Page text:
Skip to comments.Dame Vera Lynn, 97, to release new album
Posted on 03/20/2014 10:12:30 AM PDT by Fiji Hill
She is best known for songs including We'll Meet Again and The White Cliffs Of Dover, which buoyed the spirits of millions during World War Two.
Both songs will feature alongside a selection of previously unreleased recordings on Vera Lynn: National Treasure - The Ultimate Collection.
It will be released on 2 June, to mark the 70th anniversary of the D-Day landings, which occurs four days later.
"I think it's wonderful that my songs are still enjoyed, especially if it encourages people to commemorate what happened 70 years ago," said Dame Vera in a statement.
"It's moving for me to relive those days, and humbling to know that people still think of me. After all, it was simply my duty to keep singing."
The collection will bring together more than 40 recordings, some of which were only previously available on 78rpm.
(Excerpt) Read more at bbc.com ...
Does anybody here remember Vera Lynn?
I have a couple of CDs of her greatest hits.
What a sweet-looking lady.
If not for that damn rock and roll she’d still be on top of the charts!
Reading just the headline I was thinking it was new recordings at first...
Yes. Beautiful voice. I particularly like “Auf Wiedersehn, Sweetheart”
The name is familiar and I have seen a couple of her songs on Youtube but I don’t remember much about her.
Of course I have hear “White Cliffs of Dover” and also she did a nice version of “Lili Marlene”.
“Auf Wiedersehn, Sweetheart” http://www.youtube.com/watch?v=8WsuLH4sulA&feature=kp
I REMEMBER HER AND SHE SINGING ON BRITISH BROADCASTS INTO NEW YORK CITY. I WAS 14 AT THE TIME
Dame Vera Lynn, DBE (born Vera Margaret Welch on 20 March 1917), widely known as “The Forces’ Sweetheart
97? So she’s about the age of the great Bobby Goldsborough!
Remember how she said we would meet again some sunny day?
Well, that day is here!
Glad to hear she’s still out and around and apparently doing well, despite her advanced age. I can’t think of many vocalists from her era (dating to pre-WW2) still alive. Well, maybe Bea Wain. And I guess, Baby Rose Marie, although I don’t think she cut too many records in the 30s.
Not entirely sure to the extent of Lynn’s fame and recognition in the United States. Probably somewhat akin to Gracie Fields status, I’d guess. Meaning Americans were pretty aware of them both, but it was in their home country where their stardom was overwhelming and massive.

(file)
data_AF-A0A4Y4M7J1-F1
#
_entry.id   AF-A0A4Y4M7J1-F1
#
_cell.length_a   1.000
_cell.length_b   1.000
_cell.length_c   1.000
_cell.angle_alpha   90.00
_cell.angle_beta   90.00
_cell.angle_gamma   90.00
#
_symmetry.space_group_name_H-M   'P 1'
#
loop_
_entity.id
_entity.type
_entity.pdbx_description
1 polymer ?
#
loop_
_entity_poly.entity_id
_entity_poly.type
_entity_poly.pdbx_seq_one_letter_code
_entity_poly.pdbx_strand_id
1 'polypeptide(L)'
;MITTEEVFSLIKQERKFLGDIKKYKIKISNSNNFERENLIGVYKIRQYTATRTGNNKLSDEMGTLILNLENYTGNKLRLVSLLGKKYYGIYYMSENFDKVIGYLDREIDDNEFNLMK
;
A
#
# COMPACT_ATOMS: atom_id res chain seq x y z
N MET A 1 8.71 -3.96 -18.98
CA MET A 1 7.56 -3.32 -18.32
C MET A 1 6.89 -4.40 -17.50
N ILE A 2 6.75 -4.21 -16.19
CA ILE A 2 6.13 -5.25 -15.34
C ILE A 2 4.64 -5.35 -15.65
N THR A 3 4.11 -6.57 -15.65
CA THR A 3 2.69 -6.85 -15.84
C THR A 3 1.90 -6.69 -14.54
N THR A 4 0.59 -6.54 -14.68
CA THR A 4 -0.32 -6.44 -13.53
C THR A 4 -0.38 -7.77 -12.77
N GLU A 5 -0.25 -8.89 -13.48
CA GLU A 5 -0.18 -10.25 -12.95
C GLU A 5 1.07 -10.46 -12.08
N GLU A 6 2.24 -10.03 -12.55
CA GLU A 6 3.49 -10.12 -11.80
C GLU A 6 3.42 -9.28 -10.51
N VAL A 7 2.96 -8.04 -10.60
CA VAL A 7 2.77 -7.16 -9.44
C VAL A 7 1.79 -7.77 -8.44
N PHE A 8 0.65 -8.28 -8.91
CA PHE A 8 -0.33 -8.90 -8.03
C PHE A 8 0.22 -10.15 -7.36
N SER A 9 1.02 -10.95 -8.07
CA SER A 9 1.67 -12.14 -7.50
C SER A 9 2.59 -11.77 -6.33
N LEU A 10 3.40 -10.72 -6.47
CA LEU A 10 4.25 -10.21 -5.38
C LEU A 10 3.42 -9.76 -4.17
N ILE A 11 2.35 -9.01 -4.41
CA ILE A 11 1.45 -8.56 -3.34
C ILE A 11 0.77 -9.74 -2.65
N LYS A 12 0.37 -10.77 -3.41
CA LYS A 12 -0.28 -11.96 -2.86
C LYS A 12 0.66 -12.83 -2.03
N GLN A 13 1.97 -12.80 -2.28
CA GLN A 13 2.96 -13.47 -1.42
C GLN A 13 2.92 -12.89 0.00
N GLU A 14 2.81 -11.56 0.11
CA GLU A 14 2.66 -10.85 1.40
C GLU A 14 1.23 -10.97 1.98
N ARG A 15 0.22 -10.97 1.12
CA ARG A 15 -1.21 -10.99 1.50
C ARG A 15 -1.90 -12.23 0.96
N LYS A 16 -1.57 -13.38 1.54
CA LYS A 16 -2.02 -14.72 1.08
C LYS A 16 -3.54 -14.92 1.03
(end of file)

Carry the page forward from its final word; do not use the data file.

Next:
How many people under the age of 50 would even know the name if it weren’t for Pink Floyd?
Vera! Vera! What has become of you?
She’s the Bomb!
Auf Wiedersehen--Rudi Schuricke (1950)
Remember how she said that we would meet again
Some sunny day...
I know THIS person under 50 wouldn’t!
Or Arnold Layne.
I think this is the original reording of White Cliffs Of Dover:
This will make Cher and Babs want to do another farewell tour.
Vera Lynn took a highly dangerous trip to Burma in 1944 to entertain British troops there. She chose the site deliberately, because she felt that troops fighting in CBI were a ‘forgotten army’.
Straight-up heroine. God bless her.
Agreed. They don’t make them like her anymore.
<Does anybody here remember Vera Lynn?
That’s exactly what ran through my mind when I read the title. I would never have known about her, but for the Pink Floyd song. It made me look her up.
She had been asked by the manager if he could be of personal assistance to her.
She refused any special treatment and insisted on standing in line ("queuing" as we say in the UK) with everyone else.
Some of today's divas should take note.
Does anybody else in here feel the way I do?
I have her songs on my smartphone. I like all kinds of music.
The closing theme to Dr. Strangelove!
Opening theme to “Play Dirty” with Michael Caine.
She does a great job however I still think the best version is Lale Andersen in German.
Good lord,I didn’t know she was still alive.
“We’ll Meet Again” always makes me cry.
Just watched the episode of the iconic “World at War” documentary series called “It’s A Lovely Day Tomorrow” in which she recounts her trip to Burma.
There are still good people in the world.
Masterpieces like they don’t make them anymore. Great sax work on the last two. I’m guessing Boots Randolph on Brenda’s, and perhaps King Curtis on Connie’s, whose song was written by her regular guys Neil Sedaka and Howard Greenfield.
She outlived Pink Floyd (I, II, and III)!!!
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